When I joined Cisco in 1995 we were still hearing customer stories about catastrophic congestion episodes. The same year Bob Metcalfe, inventor of Ethernet and recent Turing Award winner, famously predicted that the internet would collapse as consumer internet access and the rise of the web drove rapid growth in traffic. It didn’t.
Congestion control has continued to evolve, with the QUIC protocol, for example, offering both better mechanisms for detecting congestion and the option of experimenting with multiple congestion control algorithms. And some congestion control has moved into the application layer, eg: Dynamic Adaptive Streaming over HTTP (DASH).
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An interesting side effect of the congestion episodes of the 1980s and 1990s was that we observed that small buffers were sometimes the cause of congestion collapse. An influential paper by Villamizar and Song showed that TCP performance dropped when the amount of buffering was less than the average delay × bandwidth product of the flows.
Unfortunately, the result only held for very small numbers of flows (as was acknowledged in the paper) but it was widely interpreted as an inviolable rule that influenced the next several years of router design.
This was finally debunked by the buffer sizing work of Appenzeller et al in 2004, but not before the unfortunate phenomenon of Bufferbloat – truly excessive buffer sizes leading to massive queuing delays – had made it into millions of low-end routers. The self-test for Bufferbloat in your home network is worth a look.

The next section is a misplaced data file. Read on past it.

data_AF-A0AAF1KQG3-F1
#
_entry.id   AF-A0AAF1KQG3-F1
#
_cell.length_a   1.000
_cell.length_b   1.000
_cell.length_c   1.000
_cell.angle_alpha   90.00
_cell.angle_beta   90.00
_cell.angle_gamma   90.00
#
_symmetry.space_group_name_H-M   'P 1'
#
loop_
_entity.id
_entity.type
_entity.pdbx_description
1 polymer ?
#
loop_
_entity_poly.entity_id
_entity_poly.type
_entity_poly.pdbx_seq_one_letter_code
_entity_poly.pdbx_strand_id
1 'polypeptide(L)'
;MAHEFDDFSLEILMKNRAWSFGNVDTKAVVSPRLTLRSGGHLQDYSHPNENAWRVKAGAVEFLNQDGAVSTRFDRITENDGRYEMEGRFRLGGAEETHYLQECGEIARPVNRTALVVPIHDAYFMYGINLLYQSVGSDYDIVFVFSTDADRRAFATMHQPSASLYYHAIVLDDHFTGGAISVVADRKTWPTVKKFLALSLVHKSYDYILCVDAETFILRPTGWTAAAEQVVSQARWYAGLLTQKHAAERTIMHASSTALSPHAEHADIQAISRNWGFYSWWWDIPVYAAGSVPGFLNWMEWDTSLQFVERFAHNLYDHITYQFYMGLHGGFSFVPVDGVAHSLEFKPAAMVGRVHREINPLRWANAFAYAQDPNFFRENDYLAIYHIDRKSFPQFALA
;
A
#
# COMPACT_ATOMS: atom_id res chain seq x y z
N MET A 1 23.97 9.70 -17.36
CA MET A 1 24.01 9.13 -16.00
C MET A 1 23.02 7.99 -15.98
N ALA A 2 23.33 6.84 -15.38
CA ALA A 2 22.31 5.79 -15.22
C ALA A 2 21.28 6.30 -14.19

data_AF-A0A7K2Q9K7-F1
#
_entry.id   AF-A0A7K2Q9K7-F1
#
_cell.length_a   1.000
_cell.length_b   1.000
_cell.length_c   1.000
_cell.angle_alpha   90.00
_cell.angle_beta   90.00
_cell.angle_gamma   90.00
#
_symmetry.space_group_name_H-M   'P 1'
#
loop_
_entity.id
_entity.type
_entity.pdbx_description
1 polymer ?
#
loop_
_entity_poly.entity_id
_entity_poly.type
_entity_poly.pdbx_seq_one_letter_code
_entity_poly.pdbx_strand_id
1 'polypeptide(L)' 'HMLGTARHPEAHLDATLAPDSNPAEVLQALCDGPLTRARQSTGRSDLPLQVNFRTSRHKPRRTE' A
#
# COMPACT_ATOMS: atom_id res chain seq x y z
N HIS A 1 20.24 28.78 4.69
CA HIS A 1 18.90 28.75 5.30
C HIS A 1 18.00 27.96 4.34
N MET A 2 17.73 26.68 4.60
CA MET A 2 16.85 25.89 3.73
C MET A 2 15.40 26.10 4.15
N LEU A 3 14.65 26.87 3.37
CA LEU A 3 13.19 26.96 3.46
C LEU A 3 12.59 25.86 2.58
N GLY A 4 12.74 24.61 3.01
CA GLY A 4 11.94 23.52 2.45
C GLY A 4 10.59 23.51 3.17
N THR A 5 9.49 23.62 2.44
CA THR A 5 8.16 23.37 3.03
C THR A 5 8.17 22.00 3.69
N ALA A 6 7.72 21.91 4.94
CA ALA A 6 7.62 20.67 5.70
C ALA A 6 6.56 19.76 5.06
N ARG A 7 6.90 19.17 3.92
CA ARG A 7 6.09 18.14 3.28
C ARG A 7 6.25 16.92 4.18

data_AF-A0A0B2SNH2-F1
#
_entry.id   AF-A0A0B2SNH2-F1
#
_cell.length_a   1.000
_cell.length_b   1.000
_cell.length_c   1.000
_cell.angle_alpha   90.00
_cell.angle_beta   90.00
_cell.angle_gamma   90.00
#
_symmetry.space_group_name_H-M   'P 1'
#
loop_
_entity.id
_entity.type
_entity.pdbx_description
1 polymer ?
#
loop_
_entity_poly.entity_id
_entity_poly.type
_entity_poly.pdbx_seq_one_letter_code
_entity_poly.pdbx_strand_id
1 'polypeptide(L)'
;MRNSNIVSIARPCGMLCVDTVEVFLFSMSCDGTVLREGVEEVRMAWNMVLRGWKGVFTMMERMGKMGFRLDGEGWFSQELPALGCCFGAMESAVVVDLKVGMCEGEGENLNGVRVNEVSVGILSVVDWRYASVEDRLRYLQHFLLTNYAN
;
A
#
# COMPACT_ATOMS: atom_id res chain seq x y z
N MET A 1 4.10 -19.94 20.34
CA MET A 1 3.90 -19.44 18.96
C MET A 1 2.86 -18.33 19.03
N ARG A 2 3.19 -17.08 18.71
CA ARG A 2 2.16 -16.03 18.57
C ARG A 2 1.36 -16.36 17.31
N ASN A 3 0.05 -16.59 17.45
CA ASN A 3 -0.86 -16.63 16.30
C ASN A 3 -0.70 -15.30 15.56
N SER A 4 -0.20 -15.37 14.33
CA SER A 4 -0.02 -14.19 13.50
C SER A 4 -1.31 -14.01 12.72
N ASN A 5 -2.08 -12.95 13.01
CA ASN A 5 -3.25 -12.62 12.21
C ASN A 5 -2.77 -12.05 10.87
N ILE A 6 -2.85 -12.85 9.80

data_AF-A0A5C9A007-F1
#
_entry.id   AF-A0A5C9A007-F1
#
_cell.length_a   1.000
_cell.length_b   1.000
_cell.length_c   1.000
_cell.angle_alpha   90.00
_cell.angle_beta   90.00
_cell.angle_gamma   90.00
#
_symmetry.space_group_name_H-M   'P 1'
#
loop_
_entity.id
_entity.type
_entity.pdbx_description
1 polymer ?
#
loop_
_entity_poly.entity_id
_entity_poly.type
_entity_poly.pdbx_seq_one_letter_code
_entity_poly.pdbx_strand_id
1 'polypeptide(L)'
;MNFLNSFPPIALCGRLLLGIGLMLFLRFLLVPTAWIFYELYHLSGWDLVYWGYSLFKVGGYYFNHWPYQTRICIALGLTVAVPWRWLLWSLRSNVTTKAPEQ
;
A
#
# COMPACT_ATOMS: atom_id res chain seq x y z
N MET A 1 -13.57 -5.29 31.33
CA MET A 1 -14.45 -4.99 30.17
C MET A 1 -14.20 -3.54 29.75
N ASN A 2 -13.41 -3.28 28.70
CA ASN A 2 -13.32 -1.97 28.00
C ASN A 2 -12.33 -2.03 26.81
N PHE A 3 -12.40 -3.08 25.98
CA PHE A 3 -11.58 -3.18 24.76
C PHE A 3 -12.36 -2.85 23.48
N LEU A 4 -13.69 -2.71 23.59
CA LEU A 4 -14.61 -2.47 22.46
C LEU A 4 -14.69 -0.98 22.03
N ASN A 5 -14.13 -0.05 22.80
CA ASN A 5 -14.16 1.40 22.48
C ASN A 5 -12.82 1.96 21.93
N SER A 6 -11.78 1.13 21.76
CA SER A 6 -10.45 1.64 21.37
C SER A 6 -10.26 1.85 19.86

So, while we don’t get to go back and run controlled experiments to see exactly how the internet came to succeed while other protocol suites fell by the wayside, we can at least see that the internet avoided potential failure because of the timely way congestion control was added.
It was relatively easy in 1986 to experiment with new ideas by tweaking the code in a couple of end-systems, and then push the effective solution out to a wide set of systems. Nothing inside the network had to change. It almost certainly helped that the set of operating systems that needed to be changed and the community of people who could make those changes was small enough to see widespread deployment of the initial BSD-based algorithms of Jacobson and Karels.
It seems clear that there is no such thing as the perfect congestion control approach, which is why we continue to see new papers on the topic 35 years after Jacobson’s. But the internet's architecture has fostered the environment in which effective solutions can be tested and deployed to achieve distributed management of shared resources.
In my view that’s a great testament to the quality of that architecture. ®
Larry Peterson and Bruce Davie are the authors of Computer Networks: A Systems Approach and the related Systems Approach series of books. All their content is open source and available on GitHub. You can find them on Mastodon, their writings on Substack, and past The Register columns here.